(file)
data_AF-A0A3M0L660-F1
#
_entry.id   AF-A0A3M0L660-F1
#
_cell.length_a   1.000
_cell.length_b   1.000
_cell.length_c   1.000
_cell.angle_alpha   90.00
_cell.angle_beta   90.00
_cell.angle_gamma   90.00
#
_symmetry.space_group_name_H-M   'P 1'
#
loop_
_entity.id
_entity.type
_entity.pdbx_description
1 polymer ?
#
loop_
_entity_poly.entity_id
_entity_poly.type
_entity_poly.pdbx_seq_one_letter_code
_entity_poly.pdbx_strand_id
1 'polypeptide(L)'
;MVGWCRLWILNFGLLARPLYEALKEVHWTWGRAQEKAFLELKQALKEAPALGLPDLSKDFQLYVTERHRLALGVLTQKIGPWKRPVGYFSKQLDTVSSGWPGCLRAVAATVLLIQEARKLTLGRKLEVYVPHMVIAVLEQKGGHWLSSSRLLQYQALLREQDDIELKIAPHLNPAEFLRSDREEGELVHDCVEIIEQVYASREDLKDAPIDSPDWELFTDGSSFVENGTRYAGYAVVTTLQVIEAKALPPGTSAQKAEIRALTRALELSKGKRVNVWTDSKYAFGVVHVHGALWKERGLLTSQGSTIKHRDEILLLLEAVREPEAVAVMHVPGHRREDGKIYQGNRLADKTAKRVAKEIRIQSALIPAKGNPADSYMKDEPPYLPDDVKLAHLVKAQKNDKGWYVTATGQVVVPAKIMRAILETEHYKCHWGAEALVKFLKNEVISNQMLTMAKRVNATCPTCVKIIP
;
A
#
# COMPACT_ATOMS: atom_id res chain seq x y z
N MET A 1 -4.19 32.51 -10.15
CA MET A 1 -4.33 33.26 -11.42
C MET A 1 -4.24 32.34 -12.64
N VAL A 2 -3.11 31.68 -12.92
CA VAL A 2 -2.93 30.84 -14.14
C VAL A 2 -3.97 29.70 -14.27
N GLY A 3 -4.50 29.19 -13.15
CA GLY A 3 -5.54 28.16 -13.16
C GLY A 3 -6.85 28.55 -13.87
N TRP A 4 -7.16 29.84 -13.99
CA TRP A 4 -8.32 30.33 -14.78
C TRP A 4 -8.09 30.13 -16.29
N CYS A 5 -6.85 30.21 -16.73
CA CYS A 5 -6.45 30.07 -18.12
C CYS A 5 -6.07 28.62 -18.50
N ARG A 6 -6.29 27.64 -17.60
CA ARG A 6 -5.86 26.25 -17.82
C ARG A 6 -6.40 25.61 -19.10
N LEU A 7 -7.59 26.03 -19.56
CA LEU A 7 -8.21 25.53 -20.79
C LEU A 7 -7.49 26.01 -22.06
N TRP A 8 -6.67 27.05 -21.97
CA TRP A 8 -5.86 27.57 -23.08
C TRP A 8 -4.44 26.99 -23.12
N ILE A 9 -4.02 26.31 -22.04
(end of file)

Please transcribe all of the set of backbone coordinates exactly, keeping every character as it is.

data_AF-A0A3M0L660-F1
#
_entry.id   AF-A0A3M0L660-F1
#
_cell.length_a   1.000
_cell.length_b   1.000
_cell.length_c   1.000
_cell.angle_alpha   90.00
_cell.angle_beta   90.00
_cell.angle_gamma   90.00
#
_symmetry.space_group_name_H-M   'P 1'
#
loop_
_entity.id
_entity.type
_entity.pdbx_description
1 polymer ?
#
loop_
_entity_poly.entity_id
_entity_poly.type
_entity_poly.pdbx_seq_one_letter_code
_entity_poly.pdbx_strand_id
1 'polypeptide(L)'
;MVGWCRLWILNFGLLARPLYEALKEVHWTWGRAQEKAFLELKQALKEAPALGLPDLSKDFQLYVTERHRLALGVLTQKIGPWKRPVGYFSKQLDTVSSGWPGCLRAVAATVLLIQEARKLTLGRKLEVYVPHMVIAVLEQKGGHWLSSSRLLQYQALLREQDDIELKIAPHLNPAEFLRSDREEGELVHDCVEIIEQVYASREDLKDAPIDSPDWELFTDGSSFVENGTRYAGYAVVTTLQVIEAKALPPGTSAQKAEIRALTRALELSKGKRVNVWTDSKYAFGVVHVHGALWKERGLLTSQGSTIKHRDEILLLLEAVREPEAVAVMHVPGHRREDGKIYQGNRLADKTAKRVAKEIRIQSALIPAKGNPADSYMKDEPPYLPDDVKLAHLVKAQKNDKGWYVTATGQVVVPAKIMRAILETEHYKCHWGAEALVKFLKNEVISNQMLTMAKRVNATCPTCVKIIP
;
A
#
# COMPACT_ATOMS: atom_id res chain seq x y z
N MET A 1 -4.19 32.51 -10.15
CA MET A 1 -4.33 33.26 -11.42
C MET A 1 -4.24 32.34 -12.64
N VAL A 2 -3.11 31.68 -12.92
CA VAL A 2 -2.93 30.84 -14.14
C VAL A 2 -3.97 29.70 -14.27
N GLY A 3 -4.50 29.19 -13.15
CA GLY A 3 -5.54 28.16 -13.16
C GLY A 3 -6.85 28.55 -13.87
N TRP A 4 -7.16 29.84 -13.99
CA TRP A 4 -8.32 30.33 -14.78
C TRP A 4 -8.09 30.13 -16.29
N CYS A 5 -6.85 30.21 -16.73
CA CYS A 5 -6.45 30.07 -18.12
C CYS A 5 -6.07 28.62 -18.50
N ARG A 6 -6.29 27.64 -17.60
CA ARG A 6 -5.86 26.25 -17.82
C ARG A 6 -6.40 25.61 -19.10
N LEU A 7 -7.59 26.03 -19.56
CA LEU A 7 -8.21 25.53 -20.79
C LEU A 7 -7.49 26.01 -22.06
N TRP A 8 -6.67 27.05 -21.97
CA TRP A 8 -5.86 27.57 -23.08
C TRP A 8 -4.44 26.99 -23.12
N ILE A 9 -4.02 26.31 -22.04